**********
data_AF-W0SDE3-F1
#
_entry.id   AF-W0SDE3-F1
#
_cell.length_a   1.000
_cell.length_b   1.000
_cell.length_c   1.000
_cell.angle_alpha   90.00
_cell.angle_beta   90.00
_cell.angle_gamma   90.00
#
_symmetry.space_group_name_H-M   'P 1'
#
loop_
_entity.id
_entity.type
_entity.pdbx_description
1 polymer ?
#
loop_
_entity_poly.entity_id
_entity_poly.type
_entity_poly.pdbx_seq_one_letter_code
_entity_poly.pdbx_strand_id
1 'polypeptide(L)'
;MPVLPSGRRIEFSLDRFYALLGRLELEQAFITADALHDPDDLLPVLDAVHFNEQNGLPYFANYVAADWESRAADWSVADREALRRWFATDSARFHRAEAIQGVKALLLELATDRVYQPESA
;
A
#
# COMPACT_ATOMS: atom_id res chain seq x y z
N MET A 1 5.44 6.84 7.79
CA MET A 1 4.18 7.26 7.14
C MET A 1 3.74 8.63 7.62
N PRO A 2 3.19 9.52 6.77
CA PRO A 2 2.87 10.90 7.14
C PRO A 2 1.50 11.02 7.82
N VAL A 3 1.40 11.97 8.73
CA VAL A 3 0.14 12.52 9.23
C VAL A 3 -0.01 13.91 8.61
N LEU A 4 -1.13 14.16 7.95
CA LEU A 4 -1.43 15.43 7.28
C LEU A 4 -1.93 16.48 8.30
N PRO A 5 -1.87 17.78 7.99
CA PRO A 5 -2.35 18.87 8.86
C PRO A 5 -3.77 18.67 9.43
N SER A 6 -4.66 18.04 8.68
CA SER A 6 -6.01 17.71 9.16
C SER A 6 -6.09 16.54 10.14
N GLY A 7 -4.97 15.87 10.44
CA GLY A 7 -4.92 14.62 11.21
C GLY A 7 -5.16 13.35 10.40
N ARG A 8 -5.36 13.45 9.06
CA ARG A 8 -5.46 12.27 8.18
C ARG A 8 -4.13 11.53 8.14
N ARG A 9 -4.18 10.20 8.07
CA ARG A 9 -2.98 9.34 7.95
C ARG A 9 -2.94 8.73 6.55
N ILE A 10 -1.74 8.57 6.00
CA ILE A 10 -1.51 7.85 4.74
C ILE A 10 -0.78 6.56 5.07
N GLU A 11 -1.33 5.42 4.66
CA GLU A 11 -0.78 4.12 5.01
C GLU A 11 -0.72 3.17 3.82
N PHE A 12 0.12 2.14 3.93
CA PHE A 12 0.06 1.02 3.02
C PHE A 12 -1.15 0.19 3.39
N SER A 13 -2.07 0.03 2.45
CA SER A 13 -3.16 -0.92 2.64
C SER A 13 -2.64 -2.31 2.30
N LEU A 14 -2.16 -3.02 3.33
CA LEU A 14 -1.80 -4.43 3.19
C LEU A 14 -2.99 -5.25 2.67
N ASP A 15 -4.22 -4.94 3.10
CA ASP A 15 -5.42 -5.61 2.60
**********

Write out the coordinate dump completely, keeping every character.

data_AF-W0SDE3-F1
#
_entry.id   AF-W0SDE3-F1
#
_cell.length_a   1.000
_cell.length_b   1.000
_cell.length_c   1.000
_cell.angle_alpha   90.00
_cell.angle_beta   90.00
_cell.angle_gamma   90.00
#
_symmetry.space_group_name_H-M   'P 1'
#
loop_
_entity.id
_entity.type
_entity.pdbx_description
1 polymer ?
#
loop_
_entity_poly.entity_id
_entity_poly.type
_entity_poly.pdbx_seq_one_letter_code
_entity_poly.pdbx_strand_id
1 'polypeptide(L)'
;MPVLPSGRRIEFSLDRFYALLGRLELEQAFITADALHDPDDLLPVLDAVHFNEQNGLPYFANYVAADWESRAADWSVADREALRRWFATDSARFHRAEAIQGVKALLLELATDRVYQPESA
;
A
#
# COMPACT_ATOMS: atom_id res chain seq x y z
N MET A 1 5.44 6.84 7.79
CA MET A 1 4.18 7.26 7.14
C MET A 1 3.74 8.63 7.62
N PRO A 2 3.19 9.52 6.77
CA PRO A 2 2.87 10.90 7.14
C PRO A 2 1.50 11.02 7.82
N VAL A 3 1.40 11.97 8.73
CA VAL A 3 0.14 12.52 9.23
C VAL A 3 -0.01 13.91 8.61
N LEU A 4 -1.13 14.16 7.95
CA LEU A 4 -1.43 15.43 7.28
C LEU A 4 -1.93 16.48 8.30
N PRO A 5 -1.87 17.78 7.99
CA PRO A 5 -2.35 18.87 8.86
C PRO A 5 -3.77 18.67 9.43
N SER A 6 -4.66 18.04 8.68
CA SER A 6 -6.01 17.71 9.16
C SER A 6 -6.09 16.54 10.14
N GLY A 7 -4.97 15.87 10.44
CA GLY A 7 -4.92 14.62 11.21
C GLY A 7 -5.16 13.35 10.40
N ARG A 8 -5.36 13.45 9.06
CA ARG A 8 -5.46 12.27 8.18
C ARG A 8 -4.13 11.53 8.14
N ARG A 9 -4.18 10.20 8.07
CA ARG A 9 -2.98 9.34 7.95
C ARG A 9 -2.94 8.73 6.55
N ILE A 10 -1.74 8.57 6.00
CA ILE A 10 -1.51 7.85 4.74
C ILE A 10 -0.78 6.56 5.07
N GLU A 11 -1.33 5.42 4.66
CA GLU A 11 -0.78 4.12 5.01
C GLU A 11 -0.72 3.17 3.82
N PHE A 12 0.12 2.14 3.93
CA PHE A 12 0.06 1.02 3.02
C PHE A 12 -1.15 0.19 3.39
N SER A 13 -2.07 0.03 2.45
CA SER A 13 -3.16 -0.92 2.64
C SER A 13 -2.64 -2.31 2.30
N LEU A 14 -2.16 -3.02 3.33
CA LEU A 14 -1.80 -4.43 3.19
C LEU A 14 -2.99 -5.25 2.67
N ASP A 15 -4.22 -4.94 3.10
CA ASP A 15 -5.42 -5.61 2.60